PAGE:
SALT LAKE CITY — Some H&R Block customers are frustrated after a glitch in the company's software has left thousands without a refund weeks after they filed their taxes.
Clients who filed their taxes prior to Feb. 22 with the student tax credit form 8863 were affected by the software glitch, according to an H&R Block representative. Those who tried to check the status of their refund with the IRS' "Where's my refund" tool or on the H&R Block app were told only that "Your tax return is still being processed. A refund date will be provided when available."
Refunds can typically be expected within 21 days of a return being accepted by the IRS. H&R Block does not guarantee that a refund will be deposited within 21 days; however, it does note 90 percent of refunds are issued within that amount of time.
The company posted on Facebook on Thursday that some clients who have claimed education tax credits on form 8863 had received error notices from the IRS saying refunds would take another 6–8 weeks to be issued.
"We are in contact with the IRS to clarify the situation," the post said. "We appreciate this may cause some problems for our clients and we apologize for the frustration it may be causing."
Some customers complained that the Facebook post was the first they had heard of the problem.
"I never received as much as a notice from them, and today is the first time I even looked at their page on Facebook," Kristyn Handy said. "Everyone should have been notified that an issue was happening, and H&R Block should not have expected everyone to read their page."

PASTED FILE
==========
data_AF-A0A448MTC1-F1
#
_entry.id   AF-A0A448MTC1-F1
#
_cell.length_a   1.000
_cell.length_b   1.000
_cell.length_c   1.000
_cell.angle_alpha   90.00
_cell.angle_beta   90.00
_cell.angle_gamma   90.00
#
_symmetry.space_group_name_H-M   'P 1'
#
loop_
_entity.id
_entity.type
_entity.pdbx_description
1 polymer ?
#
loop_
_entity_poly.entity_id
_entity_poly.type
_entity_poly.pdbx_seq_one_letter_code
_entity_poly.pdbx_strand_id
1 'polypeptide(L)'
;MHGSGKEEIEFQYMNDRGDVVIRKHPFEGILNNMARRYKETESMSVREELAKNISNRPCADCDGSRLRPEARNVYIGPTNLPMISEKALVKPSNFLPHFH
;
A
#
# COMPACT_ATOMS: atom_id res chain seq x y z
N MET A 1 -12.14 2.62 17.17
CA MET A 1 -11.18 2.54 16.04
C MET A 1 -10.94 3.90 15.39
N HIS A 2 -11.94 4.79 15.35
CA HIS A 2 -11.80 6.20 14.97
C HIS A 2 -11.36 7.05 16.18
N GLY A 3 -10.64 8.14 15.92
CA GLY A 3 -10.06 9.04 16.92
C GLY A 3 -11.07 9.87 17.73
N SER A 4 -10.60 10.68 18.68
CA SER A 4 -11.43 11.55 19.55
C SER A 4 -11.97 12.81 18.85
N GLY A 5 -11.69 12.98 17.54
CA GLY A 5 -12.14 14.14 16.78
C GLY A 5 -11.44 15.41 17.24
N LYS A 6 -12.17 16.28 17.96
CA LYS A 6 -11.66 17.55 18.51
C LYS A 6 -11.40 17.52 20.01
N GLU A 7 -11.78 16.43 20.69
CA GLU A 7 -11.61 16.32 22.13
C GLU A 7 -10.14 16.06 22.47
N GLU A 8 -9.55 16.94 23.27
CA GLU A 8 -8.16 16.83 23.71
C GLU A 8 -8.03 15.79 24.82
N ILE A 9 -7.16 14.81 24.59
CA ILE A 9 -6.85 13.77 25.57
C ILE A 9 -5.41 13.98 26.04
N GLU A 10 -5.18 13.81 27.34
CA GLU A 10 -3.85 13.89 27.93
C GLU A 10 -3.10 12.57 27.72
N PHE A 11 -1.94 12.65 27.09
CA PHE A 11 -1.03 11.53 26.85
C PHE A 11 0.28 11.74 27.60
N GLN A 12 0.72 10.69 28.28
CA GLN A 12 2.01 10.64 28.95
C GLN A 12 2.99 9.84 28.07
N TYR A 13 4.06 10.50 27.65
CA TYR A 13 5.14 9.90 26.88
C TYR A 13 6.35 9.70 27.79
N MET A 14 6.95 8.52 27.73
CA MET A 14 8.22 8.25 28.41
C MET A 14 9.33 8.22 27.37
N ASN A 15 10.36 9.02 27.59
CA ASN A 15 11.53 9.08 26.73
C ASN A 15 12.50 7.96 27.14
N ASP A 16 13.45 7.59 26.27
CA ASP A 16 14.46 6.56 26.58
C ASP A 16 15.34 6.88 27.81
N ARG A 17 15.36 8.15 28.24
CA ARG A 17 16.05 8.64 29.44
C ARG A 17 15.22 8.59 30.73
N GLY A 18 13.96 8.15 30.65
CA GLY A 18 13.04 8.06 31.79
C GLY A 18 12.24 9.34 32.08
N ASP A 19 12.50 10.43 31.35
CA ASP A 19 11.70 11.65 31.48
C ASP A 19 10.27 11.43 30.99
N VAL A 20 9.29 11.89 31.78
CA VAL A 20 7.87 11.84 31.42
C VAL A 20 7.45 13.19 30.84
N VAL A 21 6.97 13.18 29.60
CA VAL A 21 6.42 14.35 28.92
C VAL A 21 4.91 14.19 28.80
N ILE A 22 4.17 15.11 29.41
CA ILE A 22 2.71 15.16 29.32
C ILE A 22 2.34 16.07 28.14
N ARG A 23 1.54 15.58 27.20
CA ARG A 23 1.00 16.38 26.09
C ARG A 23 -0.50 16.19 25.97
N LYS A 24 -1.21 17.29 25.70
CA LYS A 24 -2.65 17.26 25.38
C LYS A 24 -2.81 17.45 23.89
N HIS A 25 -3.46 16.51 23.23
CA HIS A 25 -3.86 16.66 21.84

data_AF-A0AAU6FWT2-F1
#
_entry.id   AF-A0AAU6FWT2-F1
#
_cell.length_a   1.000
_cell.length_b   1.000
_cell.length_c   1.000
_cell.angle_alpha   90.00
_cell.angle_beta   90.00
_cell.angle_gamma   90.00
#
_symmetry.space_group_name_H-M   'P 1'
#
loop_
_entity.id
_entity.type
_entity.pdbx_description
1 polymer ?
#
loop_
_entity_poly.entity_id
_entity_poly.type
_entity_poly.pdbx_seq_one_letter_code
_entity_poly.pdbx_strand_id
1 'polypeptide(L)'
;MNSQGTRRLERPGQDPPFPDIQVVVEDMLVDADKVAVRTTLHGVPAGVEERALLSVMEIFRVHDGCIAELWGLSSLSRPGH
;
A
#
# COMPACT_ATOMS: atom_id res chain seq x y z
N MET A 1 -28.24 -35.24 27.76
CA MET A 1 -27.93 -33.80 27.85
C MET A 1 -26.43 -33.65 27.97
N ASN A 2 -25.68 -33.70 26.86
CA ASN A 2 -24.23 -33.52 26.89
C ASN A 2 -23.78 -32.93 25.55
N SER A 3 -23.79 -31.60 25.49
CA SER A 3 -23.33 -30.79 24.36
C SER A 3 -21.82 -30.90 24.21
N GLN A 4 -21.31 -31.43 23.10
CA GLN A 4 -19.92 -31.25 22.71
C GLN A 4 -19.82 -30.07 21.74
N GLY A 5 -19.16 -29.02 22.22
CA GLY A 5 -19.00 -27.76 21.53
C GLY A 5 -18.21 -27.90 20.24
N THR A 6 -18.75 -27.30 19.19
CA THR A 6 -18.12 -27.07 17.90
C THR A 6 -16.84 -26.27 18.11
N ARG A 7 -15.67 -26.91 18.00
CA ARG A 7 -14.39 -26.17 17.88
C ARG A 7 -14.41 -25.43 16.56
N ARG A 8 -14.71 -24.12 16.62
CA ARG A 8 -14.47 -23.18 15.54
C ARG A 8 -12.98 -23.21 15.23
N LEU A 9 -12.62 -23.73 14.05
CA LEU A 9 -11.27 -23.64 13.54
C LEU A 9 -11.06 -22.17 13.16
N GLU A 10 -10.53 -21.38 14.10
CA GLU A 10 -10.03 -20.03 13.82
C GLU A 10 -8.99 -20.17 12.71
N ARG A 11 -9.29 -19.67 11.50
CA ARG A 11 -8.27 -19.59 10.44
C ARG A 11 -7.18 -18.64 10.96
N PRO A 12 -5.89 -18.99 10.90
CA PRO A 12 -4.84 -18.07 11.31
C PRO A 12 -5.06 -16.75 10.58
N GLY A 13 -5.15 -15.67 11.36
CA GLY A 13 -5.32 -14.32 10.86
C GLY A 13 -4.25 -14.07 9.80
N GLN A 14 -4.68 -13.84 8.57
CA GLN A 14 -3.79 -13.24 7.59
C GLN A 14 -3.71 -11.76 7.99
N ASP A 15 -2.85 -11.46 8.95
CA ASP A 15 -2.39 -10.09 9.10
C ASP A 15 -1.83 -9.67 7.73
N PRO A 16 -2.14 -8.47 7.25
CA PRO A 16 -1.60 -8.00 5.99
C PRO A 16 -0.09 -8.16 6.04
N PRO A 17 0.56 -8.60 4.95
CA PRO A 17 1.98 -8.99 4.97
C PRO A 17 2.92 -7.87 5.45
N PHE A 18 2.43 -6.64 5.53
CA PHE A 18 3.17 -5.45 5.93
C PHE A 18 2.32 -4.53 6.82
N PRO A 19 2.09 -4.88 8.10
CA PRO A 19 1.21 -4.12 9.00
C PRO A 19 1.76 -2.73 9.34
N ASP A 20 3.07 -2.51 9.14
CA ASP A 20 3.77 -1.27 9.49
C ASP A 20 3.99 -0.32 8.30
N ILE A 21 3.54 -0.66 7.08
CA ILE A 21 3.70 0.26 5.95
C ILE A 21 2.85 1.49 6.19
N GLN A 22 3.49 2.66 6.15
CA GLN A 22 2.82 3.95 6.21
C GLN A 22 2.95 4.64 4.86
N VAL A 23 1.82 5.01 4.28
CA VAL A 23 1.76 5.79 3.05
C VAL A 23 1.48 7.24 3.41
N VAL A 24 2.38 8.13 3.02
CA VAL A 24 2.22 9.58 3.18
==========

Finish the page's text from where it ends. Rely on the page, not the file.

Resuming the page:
On Friday, H&R Block confirmed the issue with form 8863 and said it had "worked with the IRS to expedite a solution" to the problem. Clients of H&R Block who received a letter from the IRS saying it would take 6–8 weeks to receive a refund were "assured it will not take that long."
"We continue to work with the IRS and as we have more specifics on timing and any other updated information, we will share it with our clients," a post on Facebook said.
The company declined to provide details about how it was working with the IRS. It said the problem was caused by the IRS changing how it accepts answers to some "Yes" or "No" questions as transmitted by H&R Block.
The delays come in the middle of an already condensed tax season, as those filing certain forms had to wait until between mid-February and the beginning of March for their returns to be accepted by the IRS. Returns being filed with form 8836 were not accepted until Feb. 14.